ORNL Welcomes Innovation Crossroads Entrepreneurial Research Fellows

Oak Ridge National Laboratory today welcomed the first cohort of innovators to join Innovation Crossroads, the Southeast region's first entrepreneurial research and development program based at a U.S. Department of Energy national laboratory.

Department of Energy Secretary Recognizes Argonne Scientists' Work to Fight Ebola, Cancer

Two groups of researchers at Argonne earned special awards from the office of the U.S. Secretary of Energy for addressing the global health challenges of Ebola and cancer.

Jefferson Science Associates, LLC Recognized for Leadership in Small Business Utilization

Jefferson Lab/Jefferson Science Associates has a long-standing commitment to doing business with and mentoring small businesses. That commitment and support received national recognition at the 16th Annual Dept. of Energy Small Business Forum and Expo held May 16-18, 2017 in Kansas City, Mo.

Rensselaer Polytechnic Institute President's Commencement Colloquy to Address "Criticality, Incisiveness, Creativity"

To kick off the Rensselaer Polytechnic Institute Commencement weekend, the annual President's Commencement Colloquy will take place on Friday, May 19, beginning at 3:30 p.m. The discussion, titled "Criticality, Incisiveness, Creativity," will include the Honorable Ernest J. Moniz, former Secretary of Energy, and the Honorable Roger W. Ferguson Jr., President and CEO of TIAA, and will be moderated by Rensselaer President Shirley Ann Jackson.

ORNL, University of Tennessee Launch New Doctoral Program in Data Science

The Tennessee Higher Education Commission has approved a new doctoral program in data science and engineering as part of the Bredesen Center for Interdisciplinary Research and Graduate Education.

SurfTec Receives $1.2 Million Energy Award to Develop Novel Coating

The Department of Energy has awarded $1.2 million to SurfTec LLC, a company affiliated with the U of A Technology Development Foundation, to continue developing a nanoparticle-based coating to replace lead-based journal bearings in the next generation of electric machines.

Ames Laboratory Scientist Inducted Into National Inventors Hall of Fame

Iver Anderson, senior metallurgist at Ames Laboratory, has been inducted into the National Inventors Hall of Fame.

DOE HPC4Mfg Program Funds 13 New Projects to Improve U.S. Energy Technologies Through High Performance Computing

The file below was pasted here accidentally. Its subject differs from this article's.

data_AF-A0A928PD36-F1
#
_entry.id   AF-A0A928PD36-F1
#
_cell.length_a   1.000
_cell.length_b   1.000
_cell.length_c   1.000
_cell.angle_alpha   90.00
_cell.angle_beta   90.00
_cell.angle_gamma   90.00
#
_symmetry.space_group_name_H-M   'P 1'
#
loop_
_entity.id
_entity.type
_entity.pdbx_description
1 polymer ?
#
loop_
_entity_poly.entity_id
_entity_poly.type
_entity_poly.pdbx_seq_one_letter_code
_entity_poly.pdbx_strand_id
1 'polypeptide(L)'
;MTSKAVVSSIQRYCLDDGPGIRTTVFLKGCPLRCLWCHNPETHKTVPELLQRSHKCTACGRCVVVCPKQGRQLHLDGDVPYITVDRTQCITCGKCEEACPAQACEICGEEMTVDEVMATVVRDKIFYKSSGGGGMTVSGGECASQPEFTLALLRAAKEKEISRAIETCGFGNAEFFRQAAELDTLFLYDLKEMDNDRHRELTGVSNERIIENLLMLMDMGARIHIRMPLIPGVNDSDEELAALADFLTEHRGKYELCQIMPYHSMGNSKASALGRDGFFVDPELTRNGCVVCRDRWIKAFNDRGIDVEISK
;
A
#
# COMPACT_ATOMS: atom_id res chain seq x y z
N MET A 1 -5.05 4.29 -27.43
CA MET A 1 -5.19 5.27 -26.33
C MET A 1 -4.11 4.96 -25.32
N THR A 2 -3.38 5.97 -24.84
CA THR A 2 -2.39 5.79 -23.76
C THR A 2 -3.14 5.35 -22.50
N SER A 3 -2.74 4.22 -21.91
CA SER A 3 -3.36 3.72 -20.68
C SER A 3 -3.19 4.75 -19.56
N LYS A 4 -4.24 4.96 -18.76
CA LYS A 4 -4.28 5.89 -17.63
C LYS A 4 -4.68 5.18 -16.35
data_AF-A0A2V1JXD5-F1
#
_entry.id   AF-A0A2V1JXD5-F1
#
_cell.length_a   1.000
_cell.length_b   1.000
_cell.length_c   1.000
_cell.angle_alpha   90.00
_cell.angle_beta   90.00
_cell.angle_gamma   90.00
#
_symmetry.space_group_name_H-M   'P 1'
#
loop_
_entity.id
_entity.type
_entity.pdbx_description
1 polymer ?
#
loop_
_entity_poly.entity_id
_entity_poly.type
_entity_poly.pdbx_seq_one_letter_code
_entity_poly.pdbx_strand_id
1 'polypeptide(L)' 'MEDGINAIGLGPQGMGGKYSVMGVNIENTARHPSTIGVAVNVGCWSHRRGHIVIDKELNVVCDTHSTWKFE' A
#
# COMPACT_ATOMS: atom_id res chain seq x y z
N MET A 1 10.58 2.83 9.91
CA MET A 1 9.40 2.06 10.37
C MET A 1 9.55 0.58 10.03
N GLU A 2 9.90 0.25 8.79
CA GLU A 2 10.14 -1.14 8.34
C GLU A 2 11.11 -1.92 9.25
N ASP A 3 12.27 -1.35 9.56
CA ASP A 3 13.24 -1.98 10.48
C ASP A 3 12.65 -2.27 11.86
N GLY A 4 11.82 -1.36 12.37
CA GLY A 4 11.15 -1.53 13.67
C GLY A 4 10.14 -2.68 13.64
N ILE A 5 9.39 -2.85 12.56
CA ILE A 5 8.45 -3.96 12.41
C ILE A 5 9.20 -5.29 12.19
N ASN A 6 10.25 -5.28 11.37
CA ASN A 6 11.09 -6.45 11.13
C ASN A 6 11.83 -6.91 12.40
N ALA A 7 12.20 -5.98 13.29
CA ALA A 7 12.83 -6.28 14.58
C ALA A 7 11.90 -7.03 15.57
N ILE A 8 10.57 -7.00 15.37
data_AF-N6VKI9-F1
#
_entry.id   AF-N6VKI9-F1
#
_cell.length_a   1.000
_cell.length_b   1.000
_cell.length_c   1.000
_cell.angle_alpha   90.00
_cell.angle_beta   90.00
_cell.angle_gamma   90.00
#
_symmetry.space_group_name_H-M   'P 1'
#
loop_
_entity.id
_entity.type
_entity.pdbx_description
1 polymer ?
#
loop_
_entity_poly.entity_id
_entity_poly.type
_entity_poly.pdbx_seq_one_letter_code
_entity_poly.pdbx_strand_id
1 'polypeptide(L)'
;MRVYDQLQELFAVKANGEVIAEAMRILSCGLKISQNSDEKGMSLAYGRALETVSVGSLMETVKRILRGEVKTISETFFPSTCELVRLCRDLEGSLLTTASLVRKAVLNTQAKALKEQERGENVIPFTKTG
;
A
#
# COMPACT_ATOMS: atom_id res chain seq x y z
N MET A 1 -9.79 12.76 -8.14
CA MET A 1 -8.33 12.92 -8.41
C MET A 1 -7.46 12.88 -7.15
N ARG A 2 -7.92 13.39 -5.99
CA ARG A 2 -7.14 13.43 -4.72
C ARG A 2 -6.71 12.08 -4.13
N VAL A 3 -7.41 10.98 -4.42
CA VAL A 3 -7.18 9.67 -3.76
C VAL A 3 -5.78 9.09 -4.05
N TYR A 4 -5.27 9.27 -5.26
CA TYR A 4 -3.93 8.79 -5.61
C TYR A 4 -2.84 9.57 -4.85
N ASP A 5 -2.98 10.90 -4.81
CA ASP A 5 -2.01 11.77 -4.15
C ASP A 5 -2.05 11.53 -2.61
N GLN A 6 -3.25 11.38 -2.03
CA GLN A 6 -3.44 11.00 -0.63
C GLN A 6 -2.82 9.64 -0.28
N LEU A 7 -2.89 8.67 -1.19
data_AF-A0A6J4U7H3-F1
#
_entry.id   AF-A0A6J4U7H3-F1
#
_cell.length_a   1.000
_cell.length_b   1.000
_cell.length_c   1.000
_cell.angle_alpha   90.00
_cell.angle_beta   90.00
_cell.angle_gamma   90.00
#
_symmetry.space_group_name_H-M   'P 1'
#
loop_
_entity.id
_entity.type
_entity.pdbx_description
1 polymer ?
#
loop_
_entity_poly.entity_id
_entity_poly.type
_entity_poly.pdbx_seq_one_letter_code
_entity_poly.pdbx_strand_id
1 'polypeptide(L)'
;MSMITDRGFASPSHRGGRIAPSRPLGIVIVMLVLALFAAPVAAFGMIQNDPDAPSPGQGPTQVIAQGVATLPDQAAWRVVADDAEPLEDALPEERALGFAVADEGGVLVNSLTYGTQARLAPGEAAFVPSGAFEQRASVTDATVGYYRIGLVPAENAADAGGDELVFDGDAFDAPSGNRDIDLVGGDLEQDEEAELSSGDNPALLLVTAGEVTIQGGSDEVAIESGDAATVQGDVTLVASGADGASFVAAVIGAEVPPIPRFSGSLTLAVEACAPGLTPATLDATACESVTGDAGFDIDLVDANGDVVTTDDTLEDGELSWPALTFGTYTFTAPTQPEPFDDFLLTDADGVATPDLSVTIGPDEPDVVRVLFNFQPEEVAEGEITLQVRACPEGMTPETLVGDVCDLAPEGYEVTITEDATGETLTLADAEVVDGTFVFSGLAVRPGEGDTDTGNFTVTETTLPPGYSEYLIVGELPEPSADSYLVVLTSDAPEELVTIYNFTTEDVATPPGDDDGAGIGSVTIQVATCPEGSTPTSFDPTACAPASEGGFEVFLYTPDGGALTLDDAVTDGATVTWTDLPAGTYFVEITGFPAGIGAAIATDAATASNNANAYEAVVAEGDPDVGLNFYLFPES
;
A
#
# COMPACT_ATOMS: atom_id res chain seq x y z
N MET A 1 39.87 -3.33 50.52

A U.S. Department of Energy (DOE) program designed to spur the use of high performance supercomputers to advance U.S. manufacturing is funding 13 new industry projects for a total of $3.9 million.

Penn State Wind Energy Club Breezes to Victory in Collegiate Wind Competition

The Penn State Wind Energy Club breezed through the field at the U.S. Department of Energy Collegiate Wind Competition 2017 Technical Challenge, held April 20-22 at the National Wind Technology Center near Boulder, Colorado--earning its third overall victory in four years at the Collegiate Wind Competition.


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Casting a Wide Net

Designed molecules will provide positive impacts in energy production by selectively removing unwanted ions from complex solutions.

New Software Tools Streamline DNA Sequence Design-and-Build Process

Enhanced software tools will accelerate gene discovery and characterization, vital for new forms of fuel production.

The Ultrafast Interplay Between Molecules and Materials

Computer calculations by the Center for Solar Fuels, an Energy Frontier Research Center, shed light on nebulous interactions in semiconductors relevant to dye-sensitized solar cells.

Supercapacitors: WOODn't That Be Nice

Researchers at Nanostructures for Electrical Energy Storage, an Energy Frontier Research Center, take advantage of nature-made materials and structure for energy storage research.

Groundwater Flow Is Key for Modeling the Global Water Cycle

Water table depth and groundwater flow are vital to understanding the amount of water that plants transmit to the atmosphere.

Finding the Correct Path

A new computational technique greatly simplifies the complex reaction networks common to catalysis and combustion fields.